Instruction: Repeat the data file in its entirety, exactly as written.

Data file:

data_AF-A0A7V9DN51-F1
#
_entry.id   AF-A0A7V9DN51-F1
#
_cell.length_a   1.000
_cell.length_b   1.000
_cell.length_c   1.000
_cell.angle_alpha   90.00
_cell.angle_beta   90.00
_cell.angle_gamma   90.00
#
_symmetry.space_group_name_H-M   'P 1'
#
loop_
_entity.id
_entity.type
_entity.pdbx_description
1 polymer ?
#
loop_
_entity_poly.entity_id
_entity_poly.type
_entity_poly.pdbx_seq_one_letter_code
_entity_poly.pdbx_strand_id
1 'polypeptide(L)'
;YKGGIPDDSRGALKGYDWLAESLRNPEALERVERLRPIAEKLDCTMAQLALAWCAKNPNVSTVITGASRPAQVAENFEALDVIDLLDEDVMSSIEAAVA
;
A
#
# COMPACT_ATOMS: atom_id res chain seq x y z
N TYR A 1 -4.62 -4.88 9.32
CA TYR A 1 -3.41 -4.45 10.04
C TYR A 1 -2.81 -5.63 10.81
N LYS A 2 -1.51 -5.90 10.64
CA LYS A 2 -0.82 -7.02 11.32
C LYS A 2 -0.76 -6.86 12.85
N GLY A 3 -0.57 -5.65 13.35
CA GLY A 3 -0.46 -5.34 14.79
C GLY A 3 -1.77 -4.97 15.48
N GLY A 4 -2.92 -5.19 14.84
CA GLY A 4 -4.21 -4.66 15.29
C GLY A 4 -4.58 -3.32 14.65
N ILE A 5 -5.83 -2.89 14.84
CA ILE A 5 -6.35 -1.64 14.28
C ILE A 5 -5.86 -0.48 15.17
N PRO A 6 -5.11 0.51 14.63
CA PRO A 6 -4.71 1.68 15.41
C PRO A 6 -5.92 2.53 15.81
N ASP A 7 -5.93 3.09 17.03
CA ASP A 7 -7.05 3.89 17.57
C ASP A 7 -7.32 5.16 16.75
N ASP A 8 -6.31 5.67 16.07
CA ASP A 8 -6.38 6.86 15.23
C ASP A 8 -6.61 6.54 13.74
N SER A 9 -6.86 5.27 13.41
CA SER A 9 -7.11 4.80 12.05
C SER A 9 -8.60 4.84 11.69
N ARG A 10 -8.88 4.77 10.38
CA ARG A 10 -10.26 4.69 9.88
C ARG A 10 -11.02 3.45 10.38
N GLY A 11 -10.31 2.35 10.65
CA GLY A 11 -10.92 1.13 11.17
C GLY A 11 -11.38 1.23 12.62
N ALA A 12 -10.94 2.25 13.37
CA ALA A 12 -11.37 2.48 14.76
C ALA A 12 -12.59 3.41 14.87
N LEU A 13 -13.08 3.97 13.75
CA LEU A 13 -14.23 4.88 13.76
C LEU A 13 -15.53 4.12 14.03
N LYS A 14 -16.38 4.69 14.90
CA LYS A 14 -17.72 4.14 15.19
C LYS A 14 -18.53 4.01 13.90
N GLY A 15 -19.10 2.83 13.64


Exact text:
data_AF-A0A7V9DN51-F1
#
_entry.id   AF-A0A7V9DN51-F1
#
_cell.length_a   1.000
_cell.length_b   1.000
_cell.length_c   1.000
_cell.angle_alpha   90.00
_cell.angle_beta   90.00
_cell.angle_gamma   90.00
#
_symmetry.space_group_name_H-M   'P 1'
#
loop_
_entity.id
_entity.type
_entity.pdbx_description
1 polymer ?
#
loop_
_entity_poly.entity_id
_entity_poly.type
_entity_poly.pdbx_seq_one_letter_code
_entity_poly.pdbx_strand_id
1 'polypeptide(L)'
;YKGGIPDDSRGALKGYDWLAESLRNPEALERVERLRPIAEKLDCTMAQLALAWCAKNPNVSTVITGASRPAQVAENFEALDVIDLLDEDVMSSIEAAVA
;
A
#
# COMPACT_ATOMS: atom_id res chain seq x y z
N TYR A 1 -4.62 -4.88 9.32
CA TYR A 1 -3.41 -4.45 10.04
C TYR A 1 -2.81 -5.63 10.81
N LYS A 2 -1.51 -5.90 10.64
CA LYS A 2 -0.82 -7.02 11.32
C LYS A 2 -0.76 -6.86 12.85
N GLY A 3 -0.57 -5.65 13.35
CA GLY A 3 -0.46 -5.34 14.79
C GLY A 3 -1.77 -4.97 15.48
N GLY A 4 -2.92 -5.19 14.84
CA GLY A 4 -4.21 -4.66 15.29
C GLY A 4 -4.58 -3.32 14.65
N ILE A 5 -5.83 -2.89 14.84
CA ILE A 5 -6.35 -1.64 14.28
C ILE A 5 -5.86 -0.48 15.17
N PRO A 6 -5.11 0.51 14.63
CA PRO A 6 -4.71 1.68 15.41
C PRO A 6 -5.92 2.53 15.81
N ASP A 7 -5.93 3.09 17.03
CA ASP A 7 -7.05 3.89 17.57
C ASP A 7 -7.32 5.16 16.75
N ASP A 8 -6.31 5.67 16.07
CA ASP A 8 -6.38 6.86 15.23
C ASP A 8 -6.61 6.54 13.74
N SER A 9 -6.86 5.27 13.41
CA SER A 9 -7.11 4.80 12.05
C SER A 9 -8.60 4.84 11.69
N ARG A 10 -8.88 4.77 10.38
CA ARG A 10 -10.26 4.69 9.88
C ARG A 10 -11.02 3.45 10.38
N GLY A 11 -10.31 2.35 10.65
CA GLY A 11 -10.92 1.13 11.17
C GLY A 11 -11.38 1.23 12.62
N ALA A 12 -10.94 2.25 13.37
CA ALA A 12 -11.37 2.48 14.76
C ALA A 12 -12.59 3.41 14.87
N LEU A 13 -13.08 3.97 13.75
CA LEU A 13 -14.23 4.88 13.76
C LEU A 13 -15.53 4.12 14.03
N LYS A 14 -16.38 4.69 14.90
CA LYS A 14 -17.72 4.14 15.19
C LYS A 14 -18.53 4.01 13.90
N GLY A 15 -19.10 2.83 13.64